- Do away with powerpoints for every lesson. Ask yourself: how can I make this lesson simple for myself without more work?
When I shared these and other ideas on developing your client’s autonomy in my Start your Paid Membership masterclass, someone wondered what the clients are paying for if they’re not getting elaborate worksheets, powerpoints and more 1:1 time?
What an excellent question! If you could give no bells and whistles, what is 1 thing that prompted your client to keep coming back? Because nobody buys language lessons because they want to see your glorious worksheets.
People buy language lessons to learn a language, and they trust you to help them do that job. Powerpoints don’t do this job, I’m afraid, but it’s us, the teachers, who use the tools we have to empower our clients to learn on their own.
Ready to start a paid community? My actionable masterclass has more ideas and strategies.
Community engagement takes time and trust.
Trust boosts community engagement. People need to trust you and other people inside the community. It helps when you create that trust and a non-judgment that make people feel energized and not burdened any time they come to interact.
In what ways do we build trust? I like Brene Brown’s 7 elements of trust acronym BRAVING (also found in her book Atlas of the Heart: Mapping Meaningful Connection and the Language of Human Experience), and I’m going to spell it out with the online language teachers in mind:
B – boundaries: you start by defining who you work with, how you work with people and when you don’t work with them. These are elements of niching, but you also set and communicate your boundaries about the hours that you work and you don’t work.
R – reliability: you show up and do what you say you’ll do. You don’t over-promise.
A – accountability: you own your mistakes, apologize and make amends. That’s what Lucy Simkins did when she apologized about a mistake she made, and a video like that makes me trust the person more.
V – vault: you don’t share information that’s not yours to share. It may be tempting to share rants about clients or companies on social media, but it doesn’t solve your problem and in fact it undermines people’s trust of your brand.
I – integrity: “you choose courage over comfort. You choose what is right over what is fun, fast or easy.” You align your values with your practices and if some “marketing gimmick” doesn’t align with your worldview, you let it go.
N – nonjudgment [sic]: We can talk about how we feel without judgment. I might be dropping a bomb here but I believe that the overwhelming number of videos on “most common mistakes” increases the judgment temperature of our work. It makes your posts popular of course because it capitalizes on people’s fears and insecurities, but is it the feeling you want your clients to experience?
G – generosity: “you extend the most generous interpretation possible to the intentions, words and actions of others.” I think this goes back to refraining from judgment and social media ranting about bad clients who can’t pay.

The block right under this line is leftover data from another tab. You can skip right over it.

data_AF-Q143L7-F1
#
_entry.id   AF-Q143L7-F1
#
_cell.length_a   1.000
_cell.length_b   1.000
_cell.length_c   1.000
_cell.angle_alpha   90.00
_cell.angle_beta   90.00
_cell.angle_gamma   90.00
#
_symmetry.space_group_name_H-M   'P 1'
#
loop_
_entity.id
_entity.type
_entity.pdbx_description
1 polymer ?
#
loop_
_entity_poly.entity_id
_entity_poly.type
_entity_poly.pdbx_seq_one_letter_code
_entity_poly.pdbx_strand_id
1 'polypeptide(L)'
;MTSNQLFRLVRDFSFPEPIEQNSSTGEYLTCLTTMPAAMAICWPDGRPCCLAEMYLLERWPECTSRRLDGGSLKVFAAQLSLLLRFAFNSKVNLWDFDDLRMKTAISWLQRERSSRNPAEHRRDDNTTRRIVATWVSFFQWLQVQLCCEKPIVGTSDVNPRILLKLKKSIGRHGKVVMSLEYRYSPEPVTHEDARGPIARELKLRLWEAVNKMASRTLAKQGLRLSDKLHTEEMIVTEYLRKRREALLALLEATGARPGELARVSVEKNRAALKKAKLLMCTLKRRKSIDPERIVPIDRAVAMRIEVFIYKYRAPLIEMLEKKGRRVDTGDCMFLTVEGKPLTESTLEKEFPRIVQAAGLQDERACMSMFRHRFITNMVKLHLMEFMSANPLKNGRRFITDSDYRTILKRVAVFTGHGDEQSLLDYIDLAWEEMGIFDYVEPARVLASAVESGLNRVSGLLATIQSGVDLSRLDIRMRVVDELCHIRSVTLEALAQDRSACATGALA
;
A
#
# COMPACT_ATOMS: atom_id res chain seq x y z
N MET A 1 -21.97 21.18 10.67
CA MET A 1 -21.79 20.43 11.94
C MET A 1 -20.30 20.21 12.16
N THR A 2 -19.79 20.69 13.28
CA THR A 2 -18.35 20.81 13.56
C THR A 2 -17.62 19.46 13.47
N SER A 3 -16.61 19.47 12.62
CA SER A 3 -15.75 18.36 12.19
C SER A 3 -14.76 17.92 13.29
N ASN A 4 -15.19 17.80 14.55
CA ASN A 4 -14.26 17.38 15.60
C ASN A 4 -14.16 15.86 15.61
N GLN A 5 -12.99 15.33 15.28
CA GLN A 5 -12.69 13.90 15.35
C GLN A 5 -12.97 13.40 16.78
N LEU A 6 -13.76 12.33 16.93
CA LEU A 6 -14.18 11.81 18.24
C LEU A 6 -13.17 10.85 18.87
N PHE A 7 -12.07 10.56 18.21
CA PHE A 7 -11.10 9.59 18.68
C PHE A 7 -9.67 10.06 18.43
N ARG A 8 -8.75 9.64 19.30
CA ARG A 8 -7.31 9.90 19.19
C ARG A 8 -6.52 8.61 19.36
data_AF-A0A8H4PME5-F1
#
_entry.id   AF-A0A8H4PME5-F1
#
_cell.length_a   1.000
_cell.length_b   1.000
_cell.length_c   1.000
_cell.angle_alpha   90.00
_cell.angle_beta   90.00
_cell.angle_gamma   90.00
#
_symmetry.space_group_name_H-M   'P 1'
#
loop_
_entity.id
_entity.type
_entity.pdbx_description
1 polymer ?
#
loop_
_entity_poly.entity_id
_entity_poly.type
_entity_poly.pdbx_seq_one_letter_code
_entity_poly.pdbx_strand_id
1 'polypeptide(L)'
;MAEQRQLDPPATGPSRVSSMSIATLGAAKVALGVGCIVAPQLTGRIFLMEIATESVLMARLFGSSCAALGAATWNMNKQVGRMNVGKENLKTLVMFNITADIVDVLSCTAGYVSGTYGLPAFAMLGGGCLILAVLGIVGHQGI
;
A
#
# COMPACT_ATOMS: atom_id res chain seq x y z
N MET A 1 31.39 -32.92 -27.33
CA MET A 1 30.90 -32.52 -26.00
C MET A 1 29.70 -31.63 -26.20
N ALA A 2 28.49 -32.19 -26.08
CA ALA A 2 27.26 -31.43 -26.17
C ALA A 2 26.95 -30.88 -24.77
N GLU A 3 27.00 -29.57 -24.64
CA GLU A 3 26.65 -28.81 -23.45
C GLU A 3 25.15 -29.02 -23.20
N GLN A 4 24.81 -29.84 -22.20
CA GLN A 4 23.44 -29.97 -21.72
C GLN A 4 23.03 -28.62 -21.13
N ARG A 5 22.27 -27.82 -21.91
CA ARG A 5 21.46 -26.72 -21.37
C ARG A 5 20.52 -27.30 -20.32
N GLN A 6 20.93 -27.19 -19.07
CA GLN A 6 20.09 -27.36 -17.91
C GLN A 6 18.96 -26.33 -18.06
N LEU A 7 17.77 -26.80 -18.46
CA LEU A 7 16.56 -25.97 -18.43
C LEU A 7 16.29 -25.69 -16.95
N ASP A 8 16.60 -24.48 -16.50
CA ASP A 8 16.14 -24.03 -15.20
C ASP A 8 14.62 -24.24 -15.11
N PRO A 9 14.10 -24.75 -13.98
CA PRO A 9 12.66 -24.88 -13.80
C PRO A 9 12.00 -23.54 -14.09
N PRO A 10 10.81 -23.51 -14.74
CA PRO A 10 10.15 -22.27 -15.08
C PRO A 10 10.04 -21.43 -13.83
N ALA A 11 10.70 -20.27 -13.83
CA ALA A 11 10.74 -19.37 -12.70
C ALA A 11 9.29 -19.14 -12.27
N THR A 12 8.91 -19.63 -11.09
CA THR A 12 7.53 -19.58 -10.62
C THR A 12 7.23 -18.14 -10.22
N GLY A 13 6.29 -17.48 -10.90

When people feel seen and heard, when they know you will respond and not judge, you will do what you say, when you’re honest to acknowledge that you’re not a savior for everyone and your boundaries are set with respect to yourself and others, you create a safe environment for people to ask questions and bring their own thoughts to a discussion.
It does take time, but it’s not something we manipulate or fix. This work on establishing trust starts with us and moves outside to the people around us, people in our online communities who are inspired by our work and believe they can be a part of it, too.
Let me know in the comments what is one challenging task for you right now as you contemplate greater engagement in your own communities?
I like that you always leave us with something actionable to do. I do not have a community, yet, but I keep changing my one-to-one approach to something more manageable using your tips. I build on things slowly and in my own way.
Thanks for all those tips and support.
All the best!
Aude, I appreciate your comment, and I’m glad you have enough inspiration to keep taking small steps towards your goals! I’m looking forward to hearing how your journey turns out.
Great post Elena! My biggest challenge inside my Members-Only Facebook group is that nobody comments on my weekly check-in posts. I think I need to start writing an actionable question each week that prompts students to respond rather than, “Does anyone have a question this week?”
Yes. Another option is to ask people to add a GIF or “one word” to describe your week. It’s pretty small and maybe has little to do with your work, but it prompts people to do something silly and (because it’s easy) they will overcome the fear of making a mistake. I think we’ve done some damage to our audiences by parading their mistakes, so if you continue building a safe community I believe in the end people will feel more at ease when they post. And you’re right, something more specific works a lot better than “do you have a question?”